“After I went home with the DVD, I watched it every day until it went bad inside the player and wouldn’t go past a certain point – until I could hum the scores and say all the lines! He really liked that.” You’re laughing as you talk. “So we started this thing where we would just quote scenes during normal conversations and piss everyone else off.

“So it’s my birthday, yeah? And he comes to the house and says we should leave for dinner and I go all Tatiana Romanov like:

‘But darling, I have nothing to wear!’

He says:

‘One moment…’

Then makes his hands like he’s doing a magic trick and then hands me this beautiful blue dress, and I go and get dressed, come out, and he goes, like Kerim Bey:

‘Charming. Charming.’

You stop and laugh, and this time Temi is laughing with you.

“Now it’s my turn again and I have to go Romanova again, so I go:

‘Do I look right, Mr Somerset?’

“Mr Somerset?”

“Oh yes, so in this scene, James Bond and Tatiana are pretend couples on a train as he tries to smuggle her out of the country, you get? So they are Mr and Mrs Somerset. So they are going out for tea as an English couple, but she is Russian. Which is why she is asking if she looks right. So James turns and looks her over and then takes her hand and pulls a ring and puts it on her hand as he says:

Mrs. Somerset.’

“And that is what Henry does! Can you imagine it?”

Your laugh feels shorter than you thought it would. You remember the night a bit stronger now that you’re talking about it. You remember how the dinner went. You remember the film: James Bond coming back to slap Tatiana across the face after Kerim is murdered. You remember Henry shaking you in the car because he had come out of the restroom to see you giving your number to another man. You had tried to explain that the other man was a classmate from secondary school and you hadn’t seen each other in years. He screams at you to stop fucking lying to me! You think I’m foolish? We went to the same school for fucks sake! You can’t remember now if you had explained that you were in secondary school for five years after he left, or if you had stayed in character and cried like Tatianna: “You’re hurting me, you’re hurting me.”

But you see the laughter still spreading through Temi’s face so you finish the story, holding your hand out for her to look at the ring properly.

“It’s beautiful! Now I wish I had seen the film. What did you do after?”

You think about Daniela Bianchi singsonging ‘I love you, I love you, it’s true.’ You can’t remember if it was what you did. For a moment, you can’t remember anything else except sitting in the bathroom and crying and crying because you had done something stupid like giving Ndiana your number and upsetting Henry so much he put you out of the car and drove off.

“What?” The laughter drains from the corners of Temi’s face. You have to salvage this and explain things better so that Temi can see why Henry did what he did.

“It’s not like that.” You laugh so that she sees that it’s really not like that. “It was a big night for Henry, he had just asked me to marry him. I shouldn’t have been giving my number to anyone like that.”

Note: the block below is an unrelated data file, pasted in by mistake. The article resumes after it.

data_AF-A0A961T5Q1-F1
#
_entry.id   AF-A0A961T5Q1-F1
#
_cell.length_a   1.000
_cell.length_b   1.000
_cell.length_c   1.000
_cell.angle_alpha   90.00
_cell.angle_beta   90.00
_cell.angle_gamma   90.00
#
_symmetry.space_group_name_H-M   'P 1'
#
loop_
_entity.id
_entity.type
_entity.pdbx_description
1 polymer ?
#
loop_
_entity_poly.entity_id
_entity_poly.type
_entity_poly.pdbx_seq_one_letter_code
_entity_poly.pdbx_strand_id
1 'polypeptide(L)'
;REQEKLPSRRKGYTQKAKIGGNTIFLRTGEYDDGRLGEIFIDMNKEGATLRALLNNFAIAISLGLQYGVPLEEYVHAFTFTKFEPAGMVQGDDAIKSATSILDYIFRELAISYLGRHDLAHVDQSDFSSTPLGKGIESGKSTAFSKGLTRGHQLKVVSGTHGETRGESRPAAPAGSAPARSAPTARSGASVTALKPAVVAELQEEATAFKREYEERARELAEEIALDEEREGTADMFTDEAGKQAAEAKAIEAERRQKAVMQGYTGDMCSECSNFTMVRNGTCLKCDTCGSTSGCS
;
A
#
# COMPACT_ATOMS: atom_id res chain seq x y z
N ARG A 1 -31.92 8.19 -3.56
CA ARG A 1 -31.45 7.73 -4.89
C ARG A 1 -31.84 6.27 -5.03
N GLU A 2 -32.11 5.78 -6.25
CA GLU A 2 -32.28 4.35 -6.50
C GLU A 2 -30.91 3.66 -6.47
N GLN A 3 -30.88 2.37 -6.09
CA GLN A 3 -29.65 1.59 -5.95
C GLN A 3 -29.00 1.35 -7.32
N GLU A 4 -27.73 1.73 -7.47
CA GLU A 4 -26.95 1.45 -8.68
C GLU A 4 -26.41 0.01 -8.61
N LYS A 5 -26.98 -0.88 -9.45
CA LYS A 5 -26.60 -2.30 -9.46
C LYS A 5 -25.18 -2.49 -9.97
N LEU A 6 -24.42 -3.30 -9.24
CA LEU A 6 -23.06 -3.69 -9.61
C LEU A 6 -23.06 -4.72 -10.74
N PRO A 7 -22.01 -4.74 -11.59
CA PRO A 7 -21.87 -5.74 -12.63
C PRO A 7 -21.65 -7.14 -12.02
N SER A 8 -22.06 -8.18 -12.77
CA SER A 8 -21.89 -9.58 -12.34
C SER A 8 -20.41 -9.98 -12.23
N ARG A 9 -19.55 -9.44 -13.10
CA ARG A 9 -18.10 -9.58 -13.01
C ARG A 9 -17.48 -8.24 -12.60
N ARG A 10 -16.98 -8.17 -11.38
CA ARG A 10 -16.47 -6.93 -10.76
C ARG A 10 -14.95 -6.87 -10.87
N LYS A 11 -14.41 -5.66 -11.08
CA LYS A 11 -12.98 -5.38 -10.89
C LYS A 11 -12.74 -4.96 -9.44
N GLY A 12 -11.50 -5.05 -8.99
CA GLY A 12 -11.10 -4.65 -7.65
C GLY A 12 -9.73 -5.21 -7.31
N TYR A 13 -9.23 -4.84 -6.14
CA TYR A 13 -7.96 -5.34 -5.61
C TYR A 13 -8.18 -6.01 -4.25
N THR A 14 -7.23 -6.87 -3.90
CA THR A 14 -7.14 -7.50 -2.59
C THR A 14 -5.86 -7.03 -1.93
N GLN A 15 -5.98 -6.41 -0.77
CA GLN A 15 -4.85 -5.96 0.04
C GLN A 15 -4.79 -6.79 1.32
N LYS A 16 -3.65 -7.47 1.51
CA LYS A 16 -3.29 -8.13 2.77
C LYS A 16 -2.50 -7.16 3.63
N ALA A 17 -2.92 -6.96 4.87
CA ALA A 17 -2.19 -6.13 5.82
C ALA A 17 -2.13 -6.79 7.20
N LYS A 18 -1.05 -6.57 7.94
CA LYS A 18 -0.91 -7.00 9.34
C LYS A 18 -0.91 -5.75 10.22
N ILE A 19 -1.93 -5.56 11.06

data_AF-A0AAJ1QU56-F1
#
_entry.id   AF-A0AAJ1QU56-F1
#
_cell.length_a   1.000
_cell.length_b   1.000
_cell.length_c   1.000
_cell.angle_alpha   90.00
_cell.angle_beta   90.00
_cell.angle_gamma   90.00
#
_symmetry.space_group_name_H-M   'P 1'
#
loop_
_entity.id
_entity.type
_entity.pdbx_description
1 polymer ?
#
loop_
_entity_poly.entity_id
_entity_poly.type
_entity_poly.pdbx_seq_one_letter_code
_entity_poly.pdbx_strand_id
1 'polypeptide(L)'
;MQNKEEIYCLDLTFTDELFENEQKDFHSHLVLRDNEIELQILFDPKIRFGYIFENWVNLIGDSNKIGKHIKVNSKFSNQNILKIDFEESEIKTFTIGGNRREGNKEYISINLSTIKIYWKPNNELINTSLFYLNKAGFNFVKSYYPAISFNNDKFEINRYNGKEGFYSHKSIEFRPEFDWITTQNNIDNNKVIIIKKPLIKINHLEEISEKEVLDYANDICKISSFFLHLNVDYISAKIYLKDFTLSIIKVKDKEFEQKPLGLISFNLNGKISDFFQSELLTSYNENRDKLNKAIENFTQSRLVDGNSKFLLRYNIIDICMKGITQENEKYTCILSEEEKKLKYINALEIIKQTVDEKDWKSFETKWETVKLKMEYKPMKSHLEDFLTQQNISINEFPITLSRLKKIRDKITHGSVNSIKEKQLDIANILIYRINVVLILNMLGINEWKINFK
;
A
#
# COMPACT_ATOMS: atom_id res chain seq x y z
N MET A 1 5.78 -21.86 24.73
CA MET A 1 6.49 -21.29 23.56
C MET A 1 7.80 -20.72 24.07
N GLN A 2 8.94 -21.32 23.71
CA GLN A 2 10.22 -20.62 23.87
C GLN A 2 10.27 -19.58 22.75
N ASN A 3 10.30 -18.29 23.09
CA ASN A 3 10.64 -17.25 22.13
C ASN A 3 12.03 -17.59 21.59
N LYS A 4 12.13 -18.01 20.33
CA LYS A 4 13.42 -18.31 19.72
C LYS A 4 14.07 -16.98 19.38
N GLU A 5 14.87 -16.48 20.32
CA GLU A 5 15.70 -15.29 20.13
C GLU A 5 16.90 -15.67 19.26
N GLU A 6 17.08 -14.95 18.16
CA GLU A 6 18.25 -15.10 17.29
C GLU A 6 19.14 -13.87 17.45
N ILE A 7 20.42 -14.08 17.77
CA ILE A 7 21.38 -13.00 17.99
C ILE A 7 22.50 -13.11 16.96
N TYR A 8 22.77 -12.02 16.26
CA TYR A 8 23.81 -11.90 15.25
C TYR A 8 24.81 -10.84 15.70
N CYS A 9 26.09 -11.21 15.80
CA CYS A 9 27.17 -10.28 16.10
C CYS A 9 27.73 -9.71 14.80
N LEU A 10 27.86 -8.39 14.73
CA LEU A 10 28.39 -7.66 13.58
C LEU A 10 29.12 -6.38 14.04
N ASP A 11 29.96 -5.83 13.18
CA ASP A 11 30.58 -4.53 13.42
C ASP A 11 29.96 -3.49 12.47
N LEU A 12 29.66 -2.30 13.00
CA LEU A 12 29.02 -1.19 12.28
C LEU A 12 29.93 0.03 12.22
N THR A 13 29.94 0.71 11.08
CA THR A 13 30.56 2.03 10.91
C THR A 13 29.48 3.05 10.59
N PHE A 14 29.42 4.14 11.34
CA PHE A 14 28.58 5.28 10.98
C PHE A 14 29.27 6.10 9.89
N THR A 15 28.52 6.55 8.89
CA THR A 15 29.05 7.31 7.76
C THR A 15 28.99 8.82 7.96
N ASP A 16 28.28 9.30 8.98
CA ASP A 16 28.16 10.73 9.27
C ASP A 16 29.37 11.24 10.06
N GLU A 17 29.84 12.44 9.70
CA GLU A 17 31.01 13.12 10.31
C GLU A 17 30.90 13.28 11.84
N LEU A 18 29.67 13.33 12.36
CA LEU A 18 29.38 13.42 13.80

“It was your engagement night and he kicked you out of his car!”

You don’t remember exactly how you started to tell Temi about that night, standing there on the curb as you were, outside Southern Sun, past 2am, the city dead around you. But you start explaining so that she could see things your way. Initially, you are sure he will come back for you, that maybe the farthest he will go would be Falomo and he would turn around for you. But you wait until almost 3am, until one of the security guards walks up and asks if you’re going back inside. You realise that Henry has also driven off with your phone. You saunter back into the hotel and pay for the cheapest room they have (which is understating it really, because you pay with more than half of your salary so that you end up living off Obiageli till the month ends). You sit in the bathroom crying until the day is bright outside.

It will take Obiageli calling Henry before he starts to take your calls and agrees to come meet you. He will come to your room and stand at the door until you burst into tears again. You will swear over everything that you did nothing with Ndiana, that you hadn’t seen him since that day. That you hadn’t seen him for years before that day. Henry will disagree, and ask you to stop lying to him. He’ll say he knows you went back to Ndiana that night; if not, without your phone, how had you been able to get home? But he was only here because he had chosen to forgive you. So you will hug his legs crying and say thank you.

“How long ago was this?” Temi’s face no longer has the almost-blankness, and this worries you because you don’t want her to only hear bad things about Henry. You want to show him to her as you know him, his softness and kindness, his brilliance and ease. You want her to understand that he would never hurt you like that if you didn’t do something to make him angry. And wasn’t it better that he had left rather than lose his temper on you?

“That was last year. We made up and we’re fine now.”

“Oh, so the engagement was at your birthday a year ago?”

“Yes. Henry thought we should calm down with things instead of rushing a wedding. He doesn’t want to feel under pressure.”

“What about you? What do you want? Do you feel under pressure?”